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Thread: how do you draw faces????

  1. #1
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    Unhappy how do you draw faces????

    :confused: I need to know how to draw faces cos I just cant
    especially eyes:bash:
    necessity is the mother of invention
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  3. #2
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    practice.
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    Exactly! And use reference while you are learning.
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    Well, practice is the most important thing. But, go to the library and check out some books on drawing. They'll have them.
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  6. #5
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    Look for pictures of faces (you can find them anywhere online.. corbis.com, gettyimages.com are good places for all kinds of pictures). Study them and the proportions of the face, draw them. Alot.

    werd
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  7. #6
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    Question

    Yeah, well. It's kinda hard to TELL how to draw faces, it's actually quite impossible to tell how to draw anything (that's why I find more help from the pictures of tutorials ). My advice is also that you will study human face. Get familiar with some pictures of faces, and try to do some copies. Soon you will know some basics and you can start developing it to your own creation. Trust me, practice makes a master.
    But I could say one thing about eyes. The thing is DEPTH. Don't just make a ball with a spot in the middle, try it like this: eye, two light reflections on it, then the iris (you can make some stripes on it to add realism) the the pupil. I know it sounds a little complicated (perhaps I'll make an example picture sometime). But study, study is the key.

    (my first message in conceptart.org!)
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    At school we're following the next technique: one of us pose for the rest of the people, and they have to draw a portrait in 15 minutes. We're not looking for have a perfect "photo" of the guy is sitting to be drawed. Instead of this, we concentrate in blocking the masses, and drawing aid lines to help us putting each thing in this correct place.

    If you are newer, try to sketch the face using straight lines, not curves. And try to keep it as simple as you can, specially at the beginning. Use references, and draw what you see, not what you know. It's difficult, but you can achieve best results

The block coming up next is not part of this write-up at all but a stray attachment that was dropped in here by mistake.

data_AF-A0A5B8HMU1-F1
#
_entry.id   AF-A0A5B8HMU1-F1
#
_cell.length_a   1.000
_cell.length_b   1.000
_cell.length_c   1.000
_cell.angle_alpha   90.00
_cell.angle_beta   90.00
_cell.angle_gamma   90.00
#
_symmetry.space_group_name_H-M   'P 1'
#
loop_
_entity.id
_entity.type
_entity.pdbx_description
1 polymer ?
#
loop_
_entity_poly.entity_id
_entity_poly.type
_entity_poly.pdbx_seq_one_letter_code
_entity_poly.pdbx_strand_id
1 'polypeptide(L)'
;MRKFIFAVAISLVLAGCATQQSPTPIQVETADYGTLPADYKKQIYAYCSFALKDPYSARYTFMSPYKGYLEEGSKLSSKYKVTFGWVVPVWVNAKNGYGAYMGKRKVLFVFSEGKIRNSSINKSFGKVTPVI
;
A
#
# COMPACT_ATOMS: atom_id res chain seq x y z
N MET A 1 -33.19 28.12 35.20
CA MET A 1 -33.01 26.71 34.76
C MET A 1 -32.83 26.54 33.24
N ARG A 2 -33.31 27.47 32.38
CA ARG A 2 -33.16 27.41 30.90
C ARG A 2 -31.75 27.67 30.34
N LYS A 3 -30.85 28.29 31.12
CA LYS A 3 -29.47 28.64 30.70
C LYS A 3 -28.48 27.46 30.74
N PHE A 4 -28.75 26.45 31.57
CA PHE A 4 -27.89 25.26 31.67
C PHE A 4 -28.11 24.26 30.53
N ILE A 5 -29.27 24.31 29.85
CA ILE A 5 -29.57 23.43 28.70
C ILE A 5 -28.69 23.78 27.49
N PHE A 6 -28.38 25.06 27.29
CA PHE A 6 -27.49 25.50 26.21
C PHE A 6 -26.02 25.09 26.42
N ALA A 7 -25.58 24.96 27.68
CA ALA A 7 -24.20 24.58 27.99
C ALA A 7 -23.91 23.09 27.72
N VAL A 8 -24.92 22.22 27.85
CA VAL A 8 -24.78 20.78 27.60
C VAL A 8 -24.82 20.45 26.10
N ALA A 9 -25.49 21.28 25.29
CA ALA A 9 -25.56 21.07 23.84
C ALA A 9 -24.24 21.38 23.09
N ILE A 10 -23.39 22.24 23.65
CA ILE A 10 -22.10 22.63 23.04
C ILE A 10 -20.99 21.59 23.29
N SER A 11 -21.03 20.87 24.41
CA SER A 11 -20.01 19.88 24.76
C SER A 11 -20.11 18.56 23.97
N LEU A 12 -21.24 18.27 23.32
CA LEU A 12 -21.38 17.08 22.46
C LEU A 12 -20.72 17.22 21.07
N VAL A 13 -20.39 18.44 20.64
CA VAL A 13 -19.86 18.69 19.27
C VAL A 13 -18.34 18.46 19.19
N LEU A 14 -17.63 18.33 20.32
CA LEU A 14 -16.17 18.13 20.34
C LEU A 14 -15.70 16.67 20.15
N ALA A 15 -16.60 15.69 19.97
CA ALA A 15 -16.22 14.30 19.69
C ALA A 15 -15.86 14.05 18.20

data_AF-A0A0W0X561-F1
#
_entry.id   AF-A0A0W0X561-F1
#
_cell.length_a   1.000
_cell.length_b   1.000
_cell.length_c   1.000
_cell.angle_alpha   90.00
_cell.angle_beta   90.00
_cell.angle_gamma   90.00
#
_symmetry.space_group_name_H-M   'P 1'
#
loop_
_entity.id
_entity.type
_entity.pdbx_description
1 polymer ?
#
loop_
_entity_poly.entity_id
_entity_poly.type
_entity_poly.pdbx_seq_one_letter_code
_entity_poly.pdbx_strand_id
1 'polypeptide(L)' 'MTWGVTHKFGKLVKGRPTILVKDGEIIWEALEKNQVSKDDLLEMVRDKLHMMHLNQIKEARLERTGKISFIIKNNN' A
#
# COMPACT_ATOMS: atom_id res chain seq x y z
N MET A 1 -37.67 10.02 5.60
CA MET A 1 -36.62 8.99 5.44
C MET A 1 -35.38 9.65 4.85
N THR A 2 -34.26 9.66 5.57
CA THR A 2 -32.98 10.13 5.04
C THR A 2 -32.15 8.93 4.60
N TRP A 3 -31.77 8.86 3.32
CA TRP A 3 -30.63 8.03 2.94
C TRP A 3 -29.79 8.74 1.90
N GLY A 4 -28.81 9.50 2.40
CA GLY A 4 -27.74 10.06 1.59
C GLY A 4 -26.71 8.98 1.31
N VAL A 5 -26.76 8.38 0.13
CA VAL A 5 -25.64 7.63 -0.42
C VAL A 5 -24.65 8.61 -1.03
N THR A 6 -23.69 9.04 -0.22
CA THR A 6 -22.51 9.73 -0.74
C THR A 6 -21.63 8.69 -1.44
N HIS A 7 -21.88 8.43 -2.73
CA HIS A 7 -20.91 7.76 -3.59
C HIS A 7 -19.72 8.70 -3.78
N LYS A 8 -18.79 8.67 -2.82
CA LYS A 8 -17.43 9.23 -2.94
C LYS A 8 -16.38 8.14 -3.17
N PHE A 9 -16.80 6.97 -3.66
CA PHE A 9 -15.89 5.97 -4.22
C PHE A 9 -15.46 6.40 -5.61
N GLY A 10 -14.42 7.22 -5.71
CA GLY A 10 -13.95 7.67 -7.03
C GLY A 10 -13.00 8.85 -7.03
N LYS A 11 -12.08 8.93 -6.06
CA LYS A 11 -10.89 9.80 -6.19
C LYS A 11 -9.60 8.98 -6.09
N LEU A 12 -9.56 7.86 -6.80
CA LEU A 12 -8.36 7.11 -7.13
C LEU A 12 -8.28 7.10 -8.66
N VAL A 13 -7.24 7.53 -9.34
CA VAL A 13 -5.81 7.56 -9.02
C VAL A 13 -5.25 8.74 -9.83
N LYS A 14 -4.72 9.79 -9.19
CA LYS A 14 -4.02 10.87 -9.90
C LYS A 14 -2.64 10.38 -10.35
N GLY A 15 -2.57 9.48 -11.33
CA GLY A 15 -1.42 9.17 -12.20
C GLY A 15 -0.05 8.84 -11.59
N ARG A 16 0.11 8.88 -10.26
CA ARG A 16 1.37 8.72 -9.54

Good luck!
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  9. #8
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    Well, first I reccomend you focus on individual portions of the face. Like draw ears all day, from different people (photo or life), at tons of different angles. This should provide you a general understanding of the shape of given feature. After they're all done, read a tutorial on proportions and allignment in the face. This will provide you with general knowledge of where to place the features. Then draw from life! Self portraits ROCK! (Don't worry, they won't look like you for a long time, unless you're really good) Do them all the time, and try to start with guidlines. Throw down a line for the chin, then throw down lines for the angle of the jaw, the a few intersect lines to show the alignment of the face. This'll not only help on making the face look real, it'll also give you more control over the size of the face. And I've always found charcoal to be better for self portraits, at least for me. Have fun.
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  11. #9
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    how about I send in summat I drew and you crit it?:bash: :iws:
    necessity is the mother of invention
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    Sounds like a plan. Maybe you're not having the terrible problems you think you are; perhaps all the parts are there, and you just need a small nudge in the right direction.

    For example, take the following image:

    how do you draw faces????


    One thing you can do, to see the relationships more clearly, is load a "face" photo into Photoshop, get rid of the color (Image>Mode>Grayscale), so you're working B/W, and then do a few Filters on the image:

    how do you draw faces????


    Filter>Artistic>Cutout
    This will reduce the shading to a managable number of tones, 4 by default. This makes seeing the shapes of the image much easier.

    how do you draw faces????


    Filter>Stylize>Find Edges
    This "traces" the image, allowing you to see not only the edges of the forms, but the boundaries between the different shades as well.

    how do you draw faces????



    These two filters alone are excellent learning tools. Beginners often face troubles in drawing because their vision brings them far too much information, and they don't know where to start in recording it. Try these reductionist Photoshop techniques. They work in other programs as well (such as PhotoPaint).

    Hope this helps!
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  14. #11
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    GAHHHHHH!
    ive always known about those filters, but never thought to use them like this, as a learning tool

    hedge, thanks so much for that tip
    i owe you beer :chug:
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  15. #12
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    I'll take it!
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  16. #13
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    Use a mirror to check your drawings symmetry. Thats a big help to me.
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